The Malawi Red Cross Society (MRCS) has handed over 500 repaired and 100 newly constructed houses for survivors of the 2009 earthquake in the northern district of Karonga as part of a recovery project aimed at bringing back normalcy to the lives of thousands.
With financial assistance from the United Kingdom Department for International Development, (DFID), these houses have been built with new technology designed to withstand earthquakes and other disasters.
DFID Country Representative for Malawi, Sarah Sanyahumbi, noted that disaster responses in Malawi have mainly focused on floods and droughts and this resulted in challenges during the response to the earthquakes in Karonga which destroyed 10,500 houses, injured hundreds of people and killed five.
"When the earthquakes hit Karonga in December 2009, we were among the first organizations to move in and help the injured and displaced. We were able to provide emergency shelter to 6,000 families that had been forced from their homes.
In order to reduce the vulnerability of the affected households for the long term, we further asked for financial support from DFID to provide remedial works on 500 damaged houses and construct 100 houses. A total of 750,000 British pounds (1,085,720 CHF) was used for the emergency and recovery program," said Levison Changole, President of Malawi Red Cross at the official handover ceremony in one of the affected areas.
"Apart from this project, we were also working with communities in Karonga urban in improving sanitation in homes and schools. Between 2010 and 2011, with assistance from the British Red Cross, we provided funds through cash transfer by OIBM Bank to 250 households to repair their houses, constructed family latrines for 250 families, 24 communal latrines, 18 hand washing facilities and 18 urinals for schools."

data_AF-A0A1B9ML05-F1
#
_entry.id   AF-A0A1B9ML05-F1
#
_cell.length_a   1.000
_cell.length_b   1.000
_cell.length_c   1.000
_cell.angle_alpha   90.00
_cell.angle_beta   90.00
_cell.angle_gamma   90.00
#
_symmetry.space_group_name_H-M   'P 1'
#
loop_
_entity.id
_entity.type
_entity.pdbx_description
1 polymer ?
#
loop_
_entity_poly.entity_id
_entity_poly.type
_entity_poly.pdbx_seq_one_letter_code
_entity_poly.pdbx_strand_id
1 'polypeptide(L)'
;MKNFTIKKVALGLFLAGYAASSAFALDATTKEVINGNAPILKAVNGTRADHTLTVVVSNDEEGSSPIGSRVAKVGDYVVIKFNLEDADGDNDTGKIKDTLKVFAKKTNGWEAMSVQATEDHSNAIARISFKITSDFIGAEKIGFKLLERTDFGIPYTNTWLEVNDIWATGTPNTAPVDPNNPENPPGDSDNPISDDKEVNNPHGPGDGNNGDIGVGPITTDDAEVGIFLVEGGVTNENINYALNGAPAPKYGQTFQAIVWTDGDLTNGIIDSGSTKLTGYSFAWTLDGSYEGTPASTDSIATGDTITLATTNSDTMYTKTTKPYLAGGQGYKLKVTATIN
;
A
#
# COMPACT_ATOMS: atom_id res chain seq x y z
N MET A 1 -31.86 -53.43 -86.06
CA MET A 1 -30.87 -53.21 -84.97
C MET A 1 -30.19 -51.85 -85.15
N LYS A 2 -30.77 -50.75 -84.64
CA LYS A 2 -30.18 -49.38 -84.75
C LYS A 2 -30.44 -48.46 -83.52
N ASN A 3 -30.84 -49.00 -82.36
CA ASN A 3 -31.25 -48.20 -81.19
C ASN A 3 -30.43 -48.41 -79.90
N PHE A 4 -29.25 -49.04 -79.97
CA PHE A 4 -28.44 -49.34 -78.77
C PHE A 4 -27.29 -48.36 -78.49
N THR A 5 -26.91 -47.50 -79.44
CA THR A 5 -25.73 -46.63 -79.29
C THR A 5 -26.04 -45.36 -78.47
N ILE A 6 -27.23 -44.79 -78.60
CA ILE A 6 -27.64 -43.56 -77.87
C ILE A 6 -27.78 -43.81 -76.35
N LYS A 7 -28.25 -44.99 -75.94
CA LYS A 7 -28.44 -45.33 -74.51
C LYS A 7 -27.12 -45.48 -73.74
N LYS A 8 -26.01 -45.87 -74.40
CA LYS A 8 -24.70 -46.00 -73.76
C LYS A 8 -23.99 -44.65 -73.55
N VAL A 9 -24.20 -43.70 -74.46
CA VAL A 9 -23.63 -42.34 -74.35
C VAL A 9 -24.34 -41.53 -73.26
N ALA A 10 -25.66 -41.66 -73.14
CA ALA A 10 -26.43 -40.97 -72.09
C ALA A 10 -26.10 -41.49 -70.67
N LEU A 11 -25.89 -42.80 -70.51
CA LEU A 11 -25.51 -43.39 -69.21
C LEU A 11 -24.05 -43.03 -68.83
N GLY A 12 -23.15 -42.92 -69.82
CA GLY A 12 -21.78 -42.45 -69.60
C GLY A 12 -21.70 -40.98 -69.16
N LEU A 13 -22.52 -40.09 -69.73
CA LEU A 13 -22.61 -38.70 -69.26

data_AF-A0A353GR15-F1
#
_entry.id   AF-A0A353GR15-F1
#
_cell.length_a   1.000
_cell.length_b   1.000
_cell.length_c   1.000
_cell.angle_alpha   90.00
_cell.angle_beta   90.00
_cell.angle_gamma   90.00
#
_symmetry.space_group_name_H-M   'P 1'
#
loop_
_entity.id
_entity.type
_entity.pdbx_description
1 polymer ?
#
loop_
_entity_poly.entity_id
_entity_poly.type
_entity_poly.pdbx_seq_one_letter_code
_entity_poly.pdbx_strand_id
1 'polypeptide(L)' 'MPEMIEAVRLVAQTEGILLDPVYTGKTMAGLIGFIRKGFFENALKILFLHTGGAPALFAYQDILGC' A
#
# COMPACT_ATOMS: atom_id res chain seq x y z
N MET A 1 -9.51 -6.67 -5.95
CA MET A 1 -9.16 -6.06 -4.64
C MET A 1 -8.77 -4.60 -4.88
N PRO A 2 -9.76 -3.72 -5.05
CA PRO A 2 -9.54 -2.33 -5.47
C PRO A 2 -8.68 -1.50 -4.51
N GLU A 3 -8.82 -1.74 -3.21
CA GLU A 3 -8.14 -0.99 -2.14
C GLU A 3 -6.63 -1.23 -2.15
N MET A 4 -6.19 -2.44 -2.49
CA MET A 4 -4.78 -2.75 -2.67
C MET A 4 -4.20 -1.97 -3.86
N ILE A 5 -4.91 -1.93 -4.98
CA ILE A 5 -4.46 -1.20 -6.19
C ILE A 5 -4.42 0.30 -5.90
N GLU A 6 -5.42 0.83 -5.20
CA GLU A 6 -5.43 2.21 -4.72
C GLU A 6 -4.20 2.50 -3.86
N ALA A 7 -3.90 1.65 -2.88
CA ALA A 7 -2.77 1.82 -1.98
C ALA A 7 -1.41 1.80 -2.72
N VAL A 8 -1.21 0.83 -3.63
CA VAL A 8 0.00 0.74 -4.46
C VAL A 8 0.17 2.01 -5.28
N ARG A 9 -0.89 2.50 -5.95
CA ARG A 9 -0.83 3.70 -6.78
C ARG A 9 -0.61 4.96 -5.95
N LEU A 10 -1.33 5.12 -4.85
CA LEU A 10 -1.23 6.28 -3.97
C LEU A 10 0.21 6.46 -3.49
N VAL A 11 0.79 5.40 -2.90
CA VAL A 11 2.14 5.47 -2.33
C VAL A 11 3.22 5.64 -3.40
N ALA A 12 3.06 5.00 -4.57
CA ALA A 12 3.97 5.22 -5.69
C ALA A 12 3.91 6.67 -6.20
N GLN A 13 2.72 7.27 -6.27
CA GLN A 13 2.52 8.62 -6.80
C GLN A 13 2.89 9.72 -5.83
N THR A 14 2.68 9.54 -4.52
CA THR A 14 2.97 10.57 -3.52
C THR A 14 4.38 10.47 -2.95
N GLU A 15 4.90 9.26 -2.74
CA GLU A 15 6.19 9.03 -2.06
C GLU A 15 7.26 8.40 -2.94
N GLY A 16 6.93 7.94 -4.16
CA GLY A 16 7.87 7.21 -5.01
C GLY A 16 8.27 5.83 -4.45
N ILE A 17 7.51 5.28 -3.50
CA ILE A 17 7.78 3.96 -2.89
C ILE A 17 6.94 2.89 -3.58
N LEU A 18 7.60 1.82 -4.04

Karonga, which borders Malawi's northern neighbor, Tanzania, is a disaster prone district which has experienced heavy flooding in the past. "Realizing how important our intervention in this district is, we have just launched a 1.1 billion kwacha (2.8 M CHF) health and care project which aims at improving the welfare of communities in Karonga and Zomba, with the possibility of expansion in the next four years.
Through our volunteers, we will continue giving care and support to the needy in this country and other districts in line with our mandate," said the Malawi Red Cross President.
The Malawi Red Cross Society, Malawi's oldest and largest humanitarian organization, started its operations in 1932 as the Nyasaland Branch of the British Red Cross.
In 1966, the Malawi government passed Act 51 of Parliament establishing the MRCS as a voluntary society, allowing it the right to use the protected Red Cross and Red Crescent emblems in conformity with Geneva Conventions. It became a member of the International Federation of the Red Cross in 1971.
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